The lighter side of the Axis of Evil

Maz Jobrani, Ahmed Ahmed, and Aron Kader. (David Zaugh)

Since the Sept. 11 attacks on New York and Washington, D.C., Middle Easterners have found themselves under the microscope, especially in the US, and our polarized world is being misdiagnosed as a “clash of civilizations.” Thankfully, standup comedians Dean Obeidallah, Ahmed Ahmed, Aron Kader, and Maz Jobrani are here to skewer it all in the must-see Axis of Evil Comedy Special, which airs in the US on Comedy Central this Saturday. Comprised of American performers of Middle Eastern descent, the Axis of Evil Comedy Show is an ongoing tour that began in 2005 and has been greeted across the US with critical acclaim.

An obvious target of the comedians’ razor-sharp wit is US President Bush. Obeidallah, who boasts Palestinian and Italian heritage, jokes of Bush, “Herpes has a higher approval rating than President Bush right now. Ecoli is gaining on the man. Spinach is going to beat him any day I’m sure.” Jobrani, of Iranian descent, cracks, “Every time I watch Bush on TV I keep expecting Ashton Kutcher to run up and say, ‘You’ve been punked.’”

Kader, the son of a Palestinian Muslim father and American Mormon mother, contemplates the day Bush gives a press conference and loses the earpiece through which he is fed his lines, and then “gets that one question from Helen Thomas that he doesn’t want to deal with and just goes, ‘How ‘bout fuck you, all right?’” Kader adds, “If Bush just came out and called everybody in the Middle East a motherfucker, don’t you think half of America - maybe more than half - would go, ‘I like that right there. That’s honest’?”

Also taking on the theme of racism and hatred towards Middle Easterners, Ahmed, who is Egyptian, jokes that after Sept. 11 hate crimes against Middle Easterners increased by 1,000 percent. However, the group was still only number four in rank behind Blacks, gays, and Jews. “I just want to be number one in something!” he despairs.

Jobrani explains the difference between Arabs and Iranians, who emphasize that they are Persian because it sounds safer. In an exaggerated Persian accent, which sounds as if “we just got some heroin and are falling asleep,” Jobrani tells confused Americans, “I am Persian, like the cat — meow!”

Obeidallah comments on the absurdity of the Patriot Act in the fevered post-Sept. 11 United States. Discussing governmental scrutiny of library records, he imagines what book titles would be cause for alarm, such as “Waging Jihad Against the Infidel Dog” and “I’m al-Qaida, You’re Al-Qaida.” He adds, “President Bush wants to know what you’re reading. You know why? Because he’s jealous.”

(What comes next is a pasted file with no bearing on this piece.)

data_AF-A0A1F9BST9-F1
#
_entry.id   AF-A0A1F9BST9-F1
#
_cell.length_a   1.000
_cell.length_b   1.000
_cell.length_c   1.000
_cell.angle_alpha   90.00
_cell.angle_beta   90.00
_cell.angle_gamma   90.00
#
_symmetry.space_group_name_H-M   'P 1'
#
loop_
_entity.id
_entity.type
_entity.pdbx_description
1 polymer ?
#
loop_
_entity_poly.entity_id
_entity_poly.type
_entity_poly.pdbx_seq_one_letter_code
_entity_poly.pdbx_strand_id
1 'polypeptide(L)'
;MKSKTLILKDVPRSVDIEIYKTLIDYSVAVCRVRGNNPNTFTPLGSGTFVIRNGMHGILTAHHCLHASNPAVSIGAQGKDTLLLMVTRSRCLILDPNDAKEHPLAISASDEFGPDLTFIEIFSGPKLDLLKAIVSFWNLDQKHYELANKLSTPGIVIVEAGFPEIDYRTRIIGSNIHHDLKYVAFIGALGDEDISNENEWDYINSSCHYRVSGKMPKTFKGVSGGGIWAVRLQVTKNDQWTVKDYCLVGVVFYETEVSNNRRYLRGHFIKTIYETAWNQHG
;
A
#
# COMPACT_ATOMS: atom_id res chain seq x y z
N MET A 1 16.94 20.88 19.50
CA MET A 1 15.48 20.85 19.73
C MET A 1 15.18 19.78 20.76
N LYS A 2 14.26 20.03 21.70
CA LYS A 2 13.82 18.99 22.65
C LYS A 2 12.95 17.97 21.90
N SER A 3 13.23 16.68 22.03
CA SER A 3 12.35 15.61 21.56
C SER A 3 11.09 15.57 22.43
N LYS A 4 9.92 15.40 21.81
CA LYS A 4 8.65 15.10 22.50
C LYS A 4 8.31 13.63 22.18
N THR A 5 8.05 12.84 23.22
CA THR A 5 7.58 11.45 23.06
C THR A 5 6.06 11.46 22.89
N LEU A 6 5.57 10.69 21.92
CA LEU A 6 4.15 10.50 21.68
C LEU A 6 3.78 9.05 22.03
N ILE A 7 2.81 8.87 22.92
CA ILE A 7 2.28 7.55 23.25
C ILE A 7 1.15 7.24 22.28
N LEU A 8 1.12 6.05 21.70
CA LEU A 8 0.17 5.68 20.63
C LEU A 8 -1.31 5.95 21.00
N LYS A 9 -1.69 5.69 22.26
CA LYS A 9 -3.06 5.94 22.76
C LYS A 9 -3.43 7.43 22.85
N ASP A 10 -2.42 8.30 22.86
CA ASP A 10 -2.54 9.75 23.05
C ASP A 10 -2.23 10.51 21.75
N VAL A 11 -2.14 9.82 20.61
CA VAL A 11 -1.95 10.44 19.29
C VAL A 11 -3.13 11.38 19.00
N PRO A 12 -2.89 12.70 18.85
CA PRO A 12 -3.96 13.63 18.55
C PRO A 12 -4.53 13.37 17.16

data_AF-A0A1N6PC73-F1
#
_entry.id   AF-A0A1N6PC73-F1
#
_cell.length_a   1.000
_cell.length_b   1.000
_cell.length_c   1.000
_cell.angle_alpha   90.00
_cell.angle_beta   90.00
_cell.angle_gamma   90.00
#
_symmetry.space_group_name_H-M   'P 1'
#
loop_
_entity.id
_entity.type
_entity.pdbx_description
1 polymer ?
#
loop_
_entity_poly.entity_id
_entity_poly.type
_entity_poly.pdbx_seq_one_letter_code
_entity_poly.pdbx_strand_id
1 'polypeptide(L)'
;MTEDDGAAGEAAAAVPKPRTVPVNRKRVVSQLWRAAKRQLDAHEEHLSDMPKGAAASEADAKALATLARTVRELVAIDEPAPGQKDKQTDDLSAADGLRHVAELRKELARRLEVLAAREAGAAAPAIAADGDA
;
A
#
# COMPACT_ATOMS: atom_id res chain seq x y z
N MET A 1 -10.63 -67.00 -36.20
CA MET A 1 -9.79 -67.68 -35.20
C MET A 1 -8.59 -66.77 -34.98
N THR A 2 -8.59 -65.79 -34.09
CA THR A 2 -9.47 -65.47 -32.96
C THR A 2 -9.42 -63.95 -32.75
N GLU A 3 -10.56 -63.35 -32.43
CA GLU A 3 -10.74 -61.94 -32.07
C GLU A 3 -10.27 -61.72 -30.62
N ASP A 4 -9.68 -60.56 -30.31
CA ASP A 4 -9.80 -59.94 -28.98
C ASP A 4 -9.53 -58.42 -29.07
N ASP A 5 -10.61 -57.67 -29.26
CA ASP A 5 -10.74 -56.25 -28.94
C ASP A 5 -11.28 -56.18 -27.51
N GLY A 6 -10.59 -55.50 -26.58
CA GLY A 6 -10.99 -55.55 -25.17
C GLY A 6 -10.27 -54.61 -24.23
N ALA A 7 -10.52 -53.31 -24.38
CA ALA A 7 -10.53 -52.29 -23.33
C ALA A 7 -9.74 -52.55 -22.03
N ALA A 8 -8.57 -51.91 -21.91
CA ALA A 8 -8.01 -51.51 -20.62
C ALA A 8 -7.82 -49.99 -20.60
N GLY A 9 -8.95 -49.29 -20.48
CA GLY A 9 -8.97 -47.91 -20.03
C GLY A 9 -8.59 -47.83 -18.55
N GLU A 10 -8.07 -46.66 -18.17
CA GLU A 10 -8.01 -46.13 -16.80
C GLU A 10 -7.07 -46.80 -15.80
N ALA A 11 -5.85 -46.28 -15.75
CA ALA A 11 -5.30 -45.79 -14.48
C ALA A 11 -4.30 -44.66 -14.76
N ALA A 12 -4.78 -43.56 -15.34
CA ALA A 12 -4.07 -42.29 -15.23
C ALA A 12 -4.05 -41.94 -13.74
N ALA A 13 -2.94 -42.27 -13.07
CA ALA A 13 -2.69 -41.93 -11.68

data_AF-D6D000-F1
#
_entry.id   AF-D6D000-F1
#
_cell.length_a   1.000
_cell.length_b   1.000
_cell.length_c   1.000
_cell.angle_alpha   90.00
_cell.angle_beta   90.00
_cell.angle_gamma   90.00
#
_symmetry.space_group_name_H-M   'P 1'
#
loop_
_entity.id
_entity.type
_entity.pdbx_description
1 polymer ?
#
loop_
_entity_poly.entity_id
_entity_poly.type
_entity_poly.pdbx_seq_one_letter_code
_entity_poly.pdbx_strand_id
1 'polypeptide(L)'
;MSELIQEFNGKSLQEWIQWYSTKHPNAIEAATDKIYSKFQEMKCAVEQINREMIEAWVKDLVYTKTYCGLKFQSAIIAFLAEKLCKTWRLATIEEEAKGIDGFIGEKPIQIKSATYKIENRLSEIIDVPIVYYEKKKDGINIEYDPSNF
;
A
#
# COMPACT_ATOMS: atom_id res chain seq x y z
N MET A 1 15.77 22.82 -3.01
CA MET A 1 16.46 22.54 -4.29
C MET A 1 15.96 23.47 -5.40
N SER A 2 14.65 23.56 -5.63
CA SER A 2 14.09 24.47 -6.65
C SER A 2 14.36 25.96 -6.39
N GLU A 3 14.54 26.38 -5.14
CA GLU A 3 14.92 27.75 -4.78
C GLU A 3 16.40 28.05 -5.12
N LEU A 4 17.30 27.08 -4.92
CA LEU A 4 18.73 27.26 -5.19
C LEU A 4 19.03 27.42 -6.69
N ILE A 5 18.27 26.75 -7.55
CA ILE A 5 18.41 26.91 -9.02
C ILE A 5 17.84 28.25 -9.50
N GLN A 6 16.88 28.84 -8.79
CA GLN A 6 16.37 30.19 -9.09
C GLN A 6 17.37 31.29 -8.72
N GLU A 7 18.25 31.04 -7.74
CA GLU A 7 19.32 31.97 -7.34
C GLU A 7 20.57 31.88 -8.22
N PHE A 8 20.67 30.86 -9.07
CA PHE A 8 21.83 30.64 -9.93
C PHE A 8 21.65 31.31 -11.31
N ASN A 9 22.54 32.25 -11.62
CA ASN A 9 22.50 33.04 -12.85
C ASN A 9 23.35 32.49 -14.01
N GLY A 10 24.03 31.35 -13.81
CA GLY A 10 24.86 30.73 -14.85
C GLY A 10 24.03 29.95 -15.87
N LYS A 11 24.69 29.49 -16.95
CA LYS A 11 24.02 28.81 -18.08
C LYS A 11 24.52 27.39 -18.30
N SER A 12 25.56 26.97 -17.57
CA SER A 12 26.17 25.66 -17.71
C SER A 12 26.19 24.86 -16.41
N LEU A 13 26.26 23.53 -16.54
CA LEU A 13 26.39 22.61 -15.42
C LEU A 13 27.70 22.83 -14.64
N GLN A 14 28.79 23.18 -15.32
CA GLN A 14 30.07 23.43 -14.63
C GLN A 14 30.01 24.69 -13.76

Jobrani also finds some humor in surveillance measures. He recalls being emailed by someone who had seen his act and facetiously asked him where the next terrorist strike was going to be, to whom he replied, “Hey man, I’ve been talking to al-Qaida and, uh, the next terrorist hit is going down in the lower east side of Iceland. Ha ha.” He says the next time he tried logging into Hotmail he was denied access to his account, and so he frantically tried to contact Hotmail to tell him he was a comedian. “I put ‘ha ha!’ Al-Qaida doesn’t put ‘Americans must die. Ha ha.’ They don’t do that!” he considered explaining.

The comedians don’t shy from the subject of religion. Ahmed jokes, “You know you’re a Muslim when you drink, gamble, and have sex but you won’t eat pork,” adding, “the only difference between Muslims and Jews is that Jews don’t like to spend money and Muslims never have any money to spend.”

Likewise, Middle Eastern culture is also not safe from being satirized. Poking fun at Palestinian comedy audiences who unsmilingly nod at his jokes and tell him “You could almost hear me laugh, it was that good,” Kader mimics a hypothetical audience member who might say, “Anyone who thinks Arabs don’t have a sense of humor, I will kill you and burn your flag.” And on the proliferation of armed groups in the Middle East, Ahmed asks, “There’s so many, how do you know the best one to join? … Is it like rushing for a fraternity?”

The hour-long show is the first stand-up special to be aired in the US featuring all Middle Eastern-American comics (though it would have been all the more better had it also featured a female performer as well, as there’s no shortage of funny Middle Eastern women). However, as these seasoned performers ably demonstrate, Middle Eastern performers deserve a lot more than an hour-long slot to showcase their talents.

Maureen Clare Murphy is Managing Editor of The Electronic Intifada

Related Links

  • Axis of Evil Comedy Tour
  • BY TOPIC: Comedy